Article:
Updated report compares the effectiveness and risks of popular hypertension medications
A new, updated review from the Agency for Healthcare Research and Quality (AHRQ) compares the effectiveness and risks of popular hypertension medications. The review concludes that there is insufficient evidence to support a clinically meaningful difference in long-term outcomes associated with the use of angiotensin-converting enzyme inhibitors (ACEIs), angiotensin II receptor antagonists (ARBs), and direct renin inhibitors in individuals with essential hypertension, and calls for further research in the field.
A 2007 AHRQ research review compared two leading categories of treatment for high blood pressure—ACEIs and ARBs. The 2011 update, Comparative Effectiveness of Angiotensin-Converting Enzyme Inhibitors (ACEIs), Angiotensin II Receptor Antagonists (ARBs), and Direct Renin Inhibitors for Treating Essential Hypertension, includes new data comparing a third category—direct renin inhibitors. AHRQ also has released new clinician and consumer summaries of the review.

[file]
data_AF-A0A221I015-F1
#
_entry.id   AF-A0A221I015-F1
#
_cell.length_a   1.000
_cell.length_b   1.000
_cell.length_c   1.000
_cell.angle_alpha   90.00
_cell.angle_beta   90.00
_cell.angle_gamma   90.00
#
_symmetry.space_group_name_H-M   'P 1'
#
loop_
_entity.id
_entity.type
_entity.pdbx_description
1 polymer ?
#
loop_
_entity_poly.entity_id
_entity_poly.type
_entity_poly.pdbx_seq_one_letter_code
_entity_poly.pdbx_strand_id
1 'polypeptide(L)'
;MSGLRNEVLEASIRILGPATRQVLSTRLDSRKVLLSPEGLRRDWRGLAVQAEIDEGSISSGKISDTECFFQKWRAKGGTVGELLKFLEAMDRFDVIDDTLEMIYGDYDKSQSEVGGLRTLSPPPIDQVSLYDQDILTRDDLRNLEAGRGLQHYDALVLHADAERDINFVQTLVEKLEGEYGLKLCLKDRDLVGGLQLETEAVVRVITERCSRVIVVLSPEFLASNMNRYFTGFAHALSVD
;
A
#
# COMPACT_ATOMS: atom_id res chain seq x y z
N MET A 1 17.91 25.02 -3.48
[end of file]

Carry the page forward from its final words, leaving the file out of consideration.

The research review, patient summary, clinician summary, continuing medical education activity, faculty slide set, and
other materials are available on AHRQ's Effective Health Care Program Web site at http://www.effectivehealthcare.ahrq.gov.
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